“Damned if you do and damned if you don’t.”
“Caught between a rock and a hard place.”
There’s no shortage of well-worn clichés to describe the predicament in which Premier Jason Kenney finds himself as Alberta’s COVID numbers skyrocket, filling hospital beds and stuffing intensive care units.
A tsunami of medical misery threatens to crash over Albertans, and the premier’s options to mitigate the coming catastrophe range from crappy to crappier. I (almost) felt sorry for him yesterday evening as he plowed through a press conference announcing a suite of additional restrictions on Albertans’ freedoms — restrictions antithetical to his political soul.
After his presser, predictably, a storm of criticism erupted from all sides: from those who felt that he went too far, to those who felt he didn’t go nearly far enough; from those upset that he didn’t shut down all non-essential businesses and close all the schools (he sent grades 7–12 home), to those angered by further constraints to their lives.
Count me among the number who feel strongly that all schools should have been kept open. Our youth have led by example: they’ve done a tremendous job of masking, handwashing, and complying with schools’ distancing rules. It hasn’t been easy, and they haven’t been perfect — but overall, they’ve done extraordinarily well. And data collected before the utter collapse of Alberta’s overwhelmed contract-tracing system indicated strongly that schools aren’t significant drivers of community transmission.
Suffice it to say that if the rest of Albertans had complied with public health directives as admirably as our children, we wouldn’t be in the pickle we’re in today. Yet grade 7–12 students’ have been rewarded for their praise-worthy efforts by being banished from school, separated from their friends and classmates, and divorced from quality education. This while eateries and bars and churches remain open.
If you’re an 18 year old teenager in grade 12 you can go to church next week and pray for luck before heading off to a casino to play the slots, then stuff your face at a restaurant and cap it off with a few beers at the local pub… but you can’t go to school. Makes perfect sense. NOT.
It’s easy to take pot-shots at the premier, of course; it’s easy to carp incessantly from the sidelines. Political leadership is always tough, and too often thankless — and rarely has it been as tough and thankless as it is now, with the invisible scourge of COVID-19 inflicting nakedly visible carnage on lives and livelihoods.
But a good chunk of the blame for our current predicament rests with Mr. Kenney, it must be said. Which demands another cliché: “He’s made his bed. Now he must lie in it.”
Unprecedented crises cry out for unprecedented leadership: leadership that unifies, leadership that inspires, leadership of the sort provided by the likes of Winston Churchill. Or a Peter Lougheed, even.
But that’s not the sort of leadership we’ve received from Jason Kenney.
Instead, his approach has been to divide Albertans — to drive wedges between us. Another hoary cliché captures the dispiriting result: “United we stand, divided we fall.”
Consider, as obvious example, the full-frontal assault the premier and henchman Tyler Shandro have inflicted on doctors: an inexplicable attack that began last fall before COVID-19 entered our consciousness, but that intensified (unbelievably) as the pandemic invaded Alberta, with physicians’ contract with government ripped to shreds and doctors smeared as greedy, grasping charlatans.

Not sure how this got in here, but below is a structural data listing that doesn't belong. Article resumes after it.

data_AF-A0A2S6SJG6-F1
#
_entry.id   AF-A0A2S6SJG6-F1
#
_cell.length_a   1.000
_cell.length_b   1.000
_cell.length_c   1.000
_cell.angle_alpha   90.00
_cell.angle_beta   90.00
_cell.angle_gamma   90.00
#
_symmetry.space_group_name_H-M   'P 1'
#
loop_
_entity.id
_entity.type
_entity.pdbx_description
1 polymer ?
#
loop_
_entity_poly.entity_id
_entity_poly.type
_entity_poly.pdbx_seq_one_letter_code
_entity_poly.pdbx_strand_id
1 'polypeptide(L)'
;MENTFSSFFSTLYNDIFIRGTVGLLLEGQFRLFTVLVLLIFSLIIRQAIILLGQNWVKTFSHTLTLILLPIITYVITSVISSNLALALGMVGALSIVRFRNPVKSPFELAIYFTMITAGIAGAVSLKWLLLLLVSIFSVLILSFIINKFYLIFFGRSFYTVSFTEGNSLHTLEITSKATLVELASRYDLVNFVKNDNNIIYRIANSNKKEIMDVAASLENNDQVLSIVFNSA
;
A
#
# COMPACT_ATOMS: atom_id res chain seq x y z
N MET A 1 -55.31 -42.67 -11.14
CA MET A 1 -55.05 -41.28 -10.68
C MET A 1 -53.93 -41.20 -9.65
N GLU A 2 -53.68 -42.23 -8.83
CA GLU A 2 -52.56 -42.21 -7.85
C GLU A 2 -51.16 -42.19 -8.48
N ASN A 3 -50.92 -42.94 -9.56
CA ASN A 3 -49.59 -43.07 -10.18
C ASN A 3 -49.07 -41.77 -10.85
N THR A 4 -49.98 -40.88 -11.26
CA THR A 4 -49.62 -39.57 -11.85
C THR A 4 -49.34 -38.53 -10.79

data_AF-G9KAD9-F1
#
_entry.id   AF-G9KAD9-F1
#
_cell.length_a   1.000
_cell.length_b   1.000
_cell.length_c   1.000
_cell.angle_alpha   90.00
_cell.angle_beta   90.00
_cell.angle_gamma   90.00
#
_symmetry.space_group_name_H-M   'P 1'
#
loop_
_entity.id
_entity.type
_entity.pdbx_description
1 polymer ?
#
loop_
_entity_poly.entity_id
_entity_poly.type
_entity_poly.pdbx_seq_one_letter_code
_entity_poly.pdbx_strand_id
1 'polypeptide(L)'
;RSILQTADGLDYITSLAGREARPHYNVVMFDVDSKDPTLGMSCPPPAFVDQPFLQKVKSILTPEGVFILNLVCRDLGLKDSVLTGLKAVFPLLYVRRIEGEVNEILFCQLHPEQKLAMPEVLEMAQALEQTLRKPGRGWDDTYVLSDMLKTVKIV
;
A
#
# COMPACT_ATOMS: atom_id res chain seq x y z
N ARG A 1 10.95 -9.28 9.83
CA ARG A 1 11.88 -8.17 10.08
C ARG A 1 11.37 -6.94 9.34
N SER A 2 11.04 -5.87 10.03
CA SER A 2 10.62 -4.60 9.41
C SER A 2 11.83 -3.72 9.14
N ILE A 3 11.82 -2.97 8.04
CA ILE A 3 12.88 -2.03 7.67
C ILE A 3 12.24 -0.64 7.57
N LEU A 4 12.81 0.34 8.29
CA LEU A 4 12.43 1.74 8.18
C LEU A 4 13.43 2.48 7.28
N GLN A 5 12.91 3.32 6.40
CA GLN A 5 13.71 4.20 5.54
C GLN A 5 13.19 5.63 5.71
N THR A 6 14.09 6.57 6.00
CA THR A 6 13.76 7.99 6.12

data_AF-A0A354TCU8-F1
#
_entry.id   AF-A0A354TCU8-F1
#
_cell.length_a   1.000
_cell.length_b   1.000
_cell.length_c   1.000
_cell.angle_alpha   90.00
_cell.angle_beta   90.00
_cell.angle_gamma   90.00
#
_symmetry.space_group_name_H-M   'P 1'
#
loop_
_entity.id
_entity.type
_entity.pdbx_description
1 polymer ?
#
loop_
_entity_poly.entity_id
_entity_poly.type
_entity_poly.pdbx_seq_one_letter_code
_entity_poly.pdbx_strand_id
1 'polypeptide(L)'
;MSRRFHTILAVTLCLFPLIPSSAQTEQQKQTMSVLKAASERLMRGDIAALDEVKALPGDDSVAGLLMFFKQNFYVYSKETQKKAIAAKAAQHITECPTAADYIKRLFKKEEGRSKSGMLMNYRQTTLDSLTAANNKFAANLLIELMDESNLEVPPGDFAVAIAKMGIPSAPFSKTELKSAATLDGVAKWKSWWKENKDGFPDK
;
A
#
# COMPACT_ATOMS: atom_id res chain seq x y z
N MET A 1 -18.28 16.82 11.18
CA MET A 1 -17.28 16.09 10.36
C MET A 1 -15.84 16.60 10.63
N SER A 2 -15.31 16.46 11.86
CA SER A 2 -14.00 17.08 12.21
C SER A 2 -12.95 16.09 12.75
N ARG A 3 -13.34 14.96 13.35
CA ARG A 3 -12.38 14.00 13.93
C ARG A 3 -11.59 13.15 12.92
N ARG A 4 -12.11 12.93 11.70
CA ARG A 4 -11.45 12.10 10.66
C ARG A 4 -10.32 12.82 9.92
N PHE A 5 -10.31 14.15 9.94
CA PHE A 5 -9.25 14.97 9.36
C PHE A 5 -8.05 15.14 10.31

(There’s one other jurisdiction in the world which went to war with its doctors in the teeth of the pandemic: that would be China, which hammered down hard on doctors who were trying to raise the alarm about the new virus.)
At the most fraught time in Alberta’s history, at a time when we’ve needed all medical hands on deck, at a time when we’ve needed doctors to be laser-focused on beating back the pandemic even as they work at increased medical risk to themselves, the premier continues to wage war on those very same doctors. I’d call it friendly fire — except it sure doesn’t feel very friendly.
On the one hand, the premier and his health minister persist in their very public attack on the province’s physicians. On the other hand, they’ve exhorted Albertans to voluntarily follow infection-control guidelines meant to curtail the spread of COVID-19 — guidelines heavily informed by the expertise of physicians.
With that sort of disconnect, is it any wonder that a large cohort of Albertans have ignored public health directives? Is it any wonder that so many Albertans have scorned the daily pleadings of Chief Medical Officer of Health Deena Hinshaw and have shunted aside the premier’s admonishments to “up your game” and “knock it off” as case numbers spiral sharply upward?
A premier dismissive of doctors can hardly be shocked that a large chunk of his base is dismissive of guidelines developed by doctors.
It’s Mr. Kenney, I say, who should “knock it off” and “up his game”. He should make peace with physicians, at long last, so we can jointly and properly beat back the biggest threat this province has ever faced.
Alas, I’m not hopeful he’ll see the light.
Dark days lie ahead for Albertans. Aided by the missteps of our leaders, COVID-19 is about to exact a heavy toll on Albertans.
It needn’t have come to this. But to borrow one last tired cliché: “The chickens have come home to roost.”
And there’ll be no end of squawking before this nightmare is over.